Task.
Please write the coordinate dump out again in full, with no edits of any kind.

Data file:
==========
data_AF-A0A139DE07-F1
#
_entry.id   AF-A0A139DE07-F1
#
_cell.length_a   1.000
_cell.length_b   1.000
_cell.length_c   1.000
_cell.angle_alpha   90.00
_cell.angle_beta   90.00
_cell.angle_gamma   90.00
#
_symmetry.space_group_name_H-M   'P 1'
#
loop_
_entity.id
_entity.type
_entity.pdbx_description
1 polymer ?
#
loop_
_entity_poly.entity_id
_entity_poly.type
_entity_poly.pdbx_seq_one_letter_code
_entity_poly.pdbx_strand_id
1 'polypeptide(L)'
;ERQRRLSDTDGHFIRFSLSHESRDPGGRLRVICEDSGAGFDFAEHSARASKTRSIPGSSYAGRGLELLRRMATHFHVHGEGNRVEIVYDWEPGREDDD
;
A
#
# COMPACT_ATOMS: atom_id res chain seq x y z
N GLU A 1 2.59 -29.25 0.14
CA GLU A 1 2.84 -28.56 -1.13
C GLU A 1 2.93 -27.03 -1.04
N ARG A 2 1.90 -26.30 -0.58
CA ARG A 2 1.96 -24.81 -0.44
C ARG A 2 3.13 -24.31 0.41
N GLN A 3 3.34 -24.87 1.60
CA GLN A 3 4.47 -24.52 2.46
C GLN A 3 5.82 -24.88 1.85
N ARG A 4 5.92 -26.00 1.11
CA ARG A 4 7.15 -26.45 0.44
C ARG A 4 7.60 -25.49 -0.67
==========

data_AF-A0A139DE07-F1
#
_entry.id   AF-A0A139DE07-F1
#
_cell.length_a   1.000
_cell.length_b   1.000
_cell.length_c   1.000
_cell.angle_alpha   90.00
_cell.angle_beta   90.00
_cell.angle_gamma   90.00
#
_symmetry.space_group_name_H-M   'P 1'
#
loop_
_entity.id
_entity.type
_entity.pdbx_description
1 polymer ?
#
loop_
_entity_poly.entity_id
_entity_poly.type
_entity_poly.pdbx_seq_one_letter_code
_entity_poly.pdbx_strand_id
1 'polypeptide(L)'
;ERQRRLSDTDGHFIRFSLSHESRDPGGRLRVICEDSGAGFDFAEHSARASKTRSIPGSSYAGRGLELLRRMATHFHVHGEGNRVEIVYDWEPGREDDD
;
A
#
# COMPACT_ATOMS: atom_id res chain seq x y z
N GLU A 1 2.59 -29.25 0.14
CA GLU A 1 2.84 -28.56 -1.13
C GLU A 1 2.93 -27.03 -1.04
N ARG A 2 1.90 -26.30 -0.58
CA ARG A 2 1.96 -24.81 -0.44
C ARG A 2 3.13 -24.31 0.41
N GLN A 3 3.34 -24.87 1.60
CA GLN A 3 4.47 -24.52 2.46
C GLN A 3 5.82 -24.88 1.85
N ARG A 4 5.92 -26.00 1.11
CA ARG A 4 7.15 -26.45 0.44
C ARG A 4 7.60 -25.49 -0.67